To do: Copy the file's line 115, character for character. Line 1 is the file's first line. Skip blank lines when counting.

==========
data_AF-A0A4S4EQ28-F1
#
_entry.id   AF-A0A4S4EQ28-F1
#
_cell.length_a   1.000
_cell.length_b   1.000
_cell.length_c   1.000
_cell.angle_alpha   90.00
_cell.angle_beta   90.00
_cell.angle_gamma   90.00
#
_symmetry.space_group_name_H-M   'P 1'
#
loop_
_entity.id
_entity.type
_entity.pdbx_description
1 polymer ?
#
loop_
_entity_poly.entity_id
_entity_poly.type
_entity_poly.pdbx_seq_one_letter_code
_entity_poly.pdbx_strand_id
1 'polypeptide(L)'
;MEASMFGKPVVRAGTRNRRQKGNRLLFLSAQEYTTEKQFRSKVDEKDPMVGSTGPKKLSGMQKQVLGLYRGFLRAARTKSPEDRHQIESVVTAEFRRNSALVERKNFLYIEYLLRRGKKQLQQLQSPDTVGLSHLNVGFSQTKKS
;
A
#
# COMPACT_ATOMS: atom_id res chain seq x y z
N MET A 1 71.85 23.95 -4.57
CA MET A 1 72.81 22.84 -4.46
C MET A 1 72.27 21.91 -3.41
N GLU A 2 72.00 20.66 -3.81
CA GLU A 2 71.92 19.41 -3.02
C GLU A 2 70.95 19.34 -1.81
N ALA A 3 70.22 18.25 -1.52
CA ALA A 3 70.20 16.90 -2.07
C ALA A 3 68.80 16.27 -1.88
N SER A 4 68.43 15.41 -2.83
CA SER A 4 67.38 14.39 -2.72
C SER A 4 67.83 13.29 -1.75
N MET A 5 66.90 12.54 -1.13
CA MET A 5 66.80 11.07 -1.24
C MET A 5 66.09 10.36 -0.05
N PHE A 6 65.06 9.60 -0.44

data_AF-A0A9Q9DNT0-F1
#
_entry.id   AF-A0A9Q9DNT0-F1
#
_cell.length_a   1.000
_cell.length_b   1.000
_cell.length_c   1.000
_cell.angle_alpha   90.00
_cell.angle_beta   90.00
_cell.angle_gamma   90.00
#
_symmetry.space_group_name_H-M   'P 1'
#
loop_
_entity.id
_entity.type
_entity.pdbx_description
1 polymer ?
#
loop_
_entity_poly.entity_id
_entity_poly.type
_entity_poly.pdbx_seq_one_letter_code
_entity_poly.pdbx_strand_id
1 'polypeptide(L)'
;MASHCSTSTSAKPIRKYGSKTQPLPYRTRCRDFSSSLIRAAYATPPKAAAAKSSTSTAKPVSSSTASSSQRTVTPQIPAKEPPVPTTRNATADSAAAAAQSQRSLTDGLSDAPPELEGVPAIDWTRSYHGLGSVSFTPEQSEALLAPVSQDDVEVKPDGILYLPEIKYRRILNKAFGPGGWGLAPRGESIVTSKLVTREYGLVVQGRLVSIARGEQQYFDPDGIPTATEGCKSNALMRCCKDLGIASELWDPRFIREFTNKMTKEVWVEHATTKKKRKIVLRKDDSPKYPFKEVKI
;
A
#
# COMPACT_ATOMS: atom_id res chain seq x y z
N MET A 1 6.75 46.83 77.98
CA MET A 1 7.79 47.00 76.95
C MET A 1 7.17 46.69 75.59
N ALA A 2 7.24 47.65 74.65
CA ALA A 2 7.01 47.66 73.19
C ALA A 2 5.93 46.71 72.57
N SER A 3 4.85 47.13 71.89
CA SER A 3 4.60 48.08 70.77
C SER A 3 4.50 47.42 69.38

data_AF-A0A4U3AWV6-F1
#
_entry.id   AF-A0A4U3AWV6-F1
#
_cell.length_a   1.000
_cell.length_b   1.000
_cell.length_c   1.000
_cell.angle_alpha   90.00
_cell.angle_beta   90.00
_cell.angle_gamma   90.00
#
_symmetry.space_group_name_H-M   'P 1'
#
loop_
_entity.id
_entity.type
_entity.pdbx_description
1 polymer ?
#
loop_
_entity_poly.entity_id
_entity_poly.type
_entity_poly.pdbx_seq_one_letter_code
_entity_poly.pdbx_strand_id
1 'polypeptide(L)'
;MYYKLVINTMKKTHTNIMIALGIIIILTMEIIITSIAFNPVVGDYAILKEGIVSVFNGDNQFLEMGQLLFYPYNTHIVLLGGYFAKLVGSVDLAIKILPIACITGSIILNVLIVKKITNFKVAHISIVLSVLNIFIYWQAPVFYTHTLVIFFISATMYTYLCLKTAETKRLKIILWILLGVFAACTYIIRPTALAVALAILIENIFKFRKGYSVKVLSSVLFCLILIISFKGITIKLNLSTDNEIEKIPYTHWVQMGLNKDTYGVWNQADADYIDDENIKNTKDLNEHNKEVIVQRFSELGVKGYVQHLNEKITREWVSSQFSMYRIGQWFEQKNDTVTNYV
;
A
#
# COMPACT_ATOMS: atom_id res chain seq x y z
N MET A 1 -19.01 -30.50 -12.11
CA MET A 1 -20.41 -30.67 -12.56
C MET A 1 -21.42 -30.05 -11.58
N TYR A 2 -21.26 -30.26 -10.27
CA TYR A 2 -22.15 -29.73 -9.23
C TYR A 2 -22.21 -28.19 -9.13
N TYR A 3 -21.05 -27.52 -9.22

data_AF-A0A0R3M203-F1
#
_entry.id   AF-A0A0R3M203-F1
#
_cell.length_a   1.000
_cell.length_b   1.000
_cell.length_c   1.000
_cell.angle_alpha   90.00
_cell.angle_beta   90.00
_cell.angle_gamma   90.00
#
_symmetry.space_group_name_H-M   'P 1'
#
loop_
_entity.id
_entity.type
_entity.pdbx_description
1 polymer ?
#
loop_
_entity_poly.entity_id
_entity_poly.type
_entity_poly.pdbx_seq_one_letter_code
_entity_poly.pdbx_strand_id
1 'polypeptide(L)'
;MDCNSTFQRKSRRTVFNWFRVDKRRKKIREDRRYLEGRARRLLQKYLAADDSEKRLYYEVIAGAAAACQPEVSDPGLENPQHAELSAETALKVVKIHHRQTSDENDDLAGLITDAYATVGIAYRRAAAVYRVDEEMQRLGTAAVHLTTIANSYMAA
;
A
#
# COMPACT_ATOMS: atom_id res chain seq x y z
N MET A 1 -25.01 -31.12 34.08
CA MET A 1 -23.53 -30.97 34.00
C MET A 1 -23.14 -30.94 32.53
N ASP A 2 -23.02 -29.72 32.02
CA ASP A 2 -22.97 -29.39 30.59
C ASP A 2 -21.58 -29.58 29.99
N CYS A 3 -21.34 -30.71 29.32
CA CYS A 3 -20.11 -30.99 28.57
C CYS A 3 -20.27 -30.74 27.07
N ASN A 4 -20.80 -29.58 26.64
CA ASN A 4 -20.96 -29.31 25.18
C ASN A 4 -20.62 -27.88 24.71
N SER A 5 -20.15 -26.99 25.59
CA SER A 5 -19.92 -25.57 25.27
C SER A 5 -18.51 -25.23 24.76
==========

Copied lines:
# COMPACT_ATOMS: atom_id res chain seq x y z